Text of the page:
“Tim’s contribution to my research group has been invaluable. Not only has he become a top-notch researcher but also a great mentor to students just starting out in the group. I honestly don’t know what I will do without him when he graduates,” Lucero said.
Proudkii's experience in complex radio interferometric data led to two internships with NASA during the summers of 2021 and 2022.
The first year he worked in the Astrochemistry Laboratory’s Theory and Observation Group -- a subdivision of the Solar System Exploration Division at NASA’s Goddard Space Flight Center. His work involved analyzing radio interferometric data of comets 21P/Giacobini-Zinner captured by the Atacama Large Millimeter/ submillimeter Array (ALMA), what Proudkii calls “the premier sub-mm observatory that can provide unprecedented detail of our radio universe.”
During the summer of 2022, he worked on a different project analyzing the molecular composition of comet D/2021 A1 (Leonard) as it approached the sun primarily using two different radio telescopes: the Northern Extended Millimeter Array (NOEMA) and the Atacama Pathfinder EXperiment (APEX).
He also volunteered to write a proposal to use the Green Bank Telescope to learn more about cometary ammonia to shed light on the current mystery of nitrogen deficiency in comets. The proposal received an A-rating, and he was selected to attend the competitive Green Bank Observatory single-dish observing school, completing a full circle in his scientific career.
“When I visited Green Bank again, the Milky Way was still there, waiting for me, unchanged in all its wonder,” he added. “But in the three years since my first visit, I changed: I have grown as a young research scientist and now have the necessary tools to explore the cosmos.”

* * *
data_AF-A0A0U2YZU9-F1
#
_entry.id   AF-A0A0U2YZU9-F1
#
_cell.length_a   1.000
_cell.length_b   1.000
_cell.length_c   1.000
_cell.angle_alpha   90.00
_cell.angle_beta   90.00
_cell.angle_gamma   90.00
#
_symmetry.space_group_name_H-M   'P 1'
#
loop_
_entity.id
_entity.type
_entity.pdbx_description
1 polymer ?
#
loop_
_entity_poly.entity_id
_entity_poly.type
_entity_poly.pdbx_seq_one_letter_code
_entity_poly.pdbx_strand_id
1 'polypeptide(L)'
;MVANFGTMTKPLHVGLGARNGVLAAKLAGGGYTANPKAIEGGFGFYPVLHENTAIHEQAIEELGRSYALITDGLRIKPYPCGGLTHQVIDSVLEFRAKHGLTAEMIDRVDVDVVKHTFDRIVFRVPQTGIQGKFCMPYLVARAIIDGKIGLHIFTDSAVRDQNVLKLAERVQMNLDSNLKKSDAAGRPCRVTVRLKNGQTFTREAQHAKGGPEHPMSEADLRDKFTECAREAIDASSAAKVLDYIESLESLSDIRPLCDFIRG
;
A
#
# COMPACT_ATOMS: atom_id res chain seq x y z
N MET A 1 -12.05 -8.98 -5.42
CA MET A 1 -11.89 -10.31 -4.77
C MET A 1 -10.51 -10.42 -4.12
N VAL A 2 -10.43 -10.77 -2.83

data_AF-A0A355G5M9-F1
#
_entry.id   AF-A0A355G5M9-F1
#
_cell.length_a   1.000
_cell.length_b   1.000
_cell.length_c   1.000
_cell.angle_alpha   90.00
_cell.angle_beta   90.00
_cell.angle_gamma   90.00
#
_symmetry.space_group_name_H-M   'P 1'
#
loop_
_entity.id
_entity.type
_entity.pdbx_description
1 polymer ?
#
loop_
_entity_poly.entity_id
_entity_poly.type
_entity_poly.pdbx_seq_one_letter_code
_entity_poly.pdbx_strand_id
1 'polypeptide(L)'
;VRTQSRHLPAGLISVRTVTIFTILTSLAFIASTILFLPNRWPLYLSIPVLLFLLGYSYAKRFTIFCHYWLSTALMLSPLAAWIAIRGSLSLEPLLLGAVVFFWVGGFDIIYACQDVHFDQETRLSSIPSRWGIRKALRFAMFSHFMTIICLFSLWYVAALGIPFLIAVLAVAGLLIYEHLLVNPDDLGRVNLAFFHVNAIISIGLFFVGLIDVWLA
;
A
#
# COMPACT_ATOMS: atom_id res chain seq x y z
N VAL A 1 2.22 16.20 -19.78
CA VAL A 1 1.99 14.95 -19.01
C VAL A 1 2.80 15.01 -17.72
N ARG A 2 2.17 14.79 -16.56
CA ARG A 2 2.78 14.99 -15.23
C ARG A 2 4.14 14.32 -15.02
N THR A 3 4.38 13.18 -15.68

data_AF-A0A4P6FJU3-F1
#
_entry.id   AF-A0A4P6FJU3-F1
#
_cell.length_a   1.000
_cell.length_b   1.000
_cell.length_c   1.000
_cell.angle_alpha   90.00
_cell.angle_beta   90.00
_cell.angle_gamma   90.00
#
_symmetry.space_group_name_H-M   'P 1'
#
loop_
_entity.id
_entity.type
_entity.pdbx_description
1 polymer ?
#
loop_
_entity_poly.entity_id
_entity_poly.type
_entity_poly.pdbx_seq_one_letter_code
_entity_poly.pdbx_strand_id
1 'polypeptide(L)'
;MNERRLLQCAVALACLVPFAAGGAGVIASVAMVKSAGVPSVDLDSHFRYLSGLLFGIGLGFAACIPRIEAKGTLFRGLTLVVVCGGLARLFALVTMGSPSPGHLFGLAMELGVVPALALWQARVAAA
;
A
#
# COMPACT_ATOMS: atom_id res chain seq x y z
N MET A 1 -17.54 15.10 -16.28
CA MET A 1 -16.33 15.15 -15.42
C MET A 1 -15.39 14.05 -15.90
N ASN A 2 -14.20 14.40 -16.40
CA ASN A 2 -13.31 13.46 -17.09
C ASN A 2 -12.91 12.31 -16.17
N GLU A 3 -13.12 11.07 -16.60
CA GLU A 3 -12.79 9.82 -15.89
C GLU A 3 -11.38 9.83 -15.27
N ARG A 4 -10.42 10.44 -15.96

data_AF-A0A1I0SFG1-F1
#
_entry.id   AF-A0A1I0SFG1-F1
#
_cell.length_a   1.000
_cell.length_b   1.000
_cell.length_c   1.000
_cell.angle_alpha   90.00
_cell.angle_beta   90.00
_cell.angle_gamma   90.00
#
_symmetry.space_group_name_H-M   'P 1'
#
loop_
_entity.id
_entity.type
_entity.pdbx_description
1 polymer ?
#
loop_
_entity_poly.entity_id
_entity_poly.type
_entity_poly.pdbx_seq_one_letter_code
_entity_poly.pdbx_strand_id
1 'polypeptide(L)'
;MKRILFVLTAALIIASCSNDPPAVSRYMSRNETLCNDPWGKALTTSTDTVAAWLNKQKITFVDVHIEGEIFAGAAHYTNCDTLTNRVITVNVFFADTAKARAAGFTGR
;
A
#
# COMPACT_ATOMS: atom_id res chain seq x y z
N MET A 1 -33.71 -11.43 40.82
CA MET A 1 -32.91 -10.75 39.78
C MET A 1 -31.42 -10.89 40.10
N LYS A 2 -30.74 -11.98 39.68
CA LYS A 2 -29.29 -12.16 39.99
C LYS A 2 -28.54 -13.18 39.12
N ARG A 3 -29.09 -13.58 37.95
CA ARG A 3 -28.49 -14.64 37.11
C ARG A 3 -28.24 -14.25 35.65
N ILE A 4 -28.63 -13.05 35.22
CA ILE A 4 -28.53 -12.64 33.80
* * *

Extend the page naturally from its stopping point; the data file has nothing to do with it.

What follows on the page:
Proudkii’s year has had its difficulties. Raised in Northern Virginia, he was born to Russian and Ukrainian parents. The February invasion of Ukraine by Russia rocked his family.
“Our lives -- along with thousands of others -- were turned to turmoil,” Proudkii said. “At this time, I was taking some of the most demanding physics courses offered to undergraduates and it was challenging to find the strength to keep pushing; to wake up every day and witness the atrocities happening to my people, to think that I could have been there on the frontlines produced feelings of deep terror and dejection within me.”
He added, “However, I realize how privileged I am to be here in the U.S. pursuing my goals in science and education -- what a waste it would be if I did not maximize my potential. Through my name, I carry my family history: our traditions, our heritage, and our culture. My name motivates me to keep pushing in this challenging field, to keep pushing for a higher level of education, and to keep pushing to advance our understanding of the world.”
Recognizing the Innovators of Tomorrow
ASF recognized the 2022 Astronaut Scholars during its Innovators Gala at the Hilton Orlando in late August. In addition to receiving financial support of up to $15,000, the scholars benefit from networking and mentoring opportunities with astronauts, alumni, and industry leaders; participation in the Michael Collins Family Professional Development Program; and a paid trip to attend the foundation’s Innovators Week, which provides an opportunity for the Astronaut Scholars to present their research at a technical conference.
Created in 1984, ASF awarded its first seven scholarships in honor of its founding members, the Mercury 7 Astronauts — Scott Carpenter, Gordon Cooper, John Glenn, Virgil “Gus” Grissom, Walter Schirra, Alan Shepard, and Deke Slayton. Each founding member sponsored a $1,000 scholarship and began to fundraise to support future scholarships by donating proceeds from their speaking engagements. Over the past 38 years, more than $7 million has been awarded to more than 700 college students.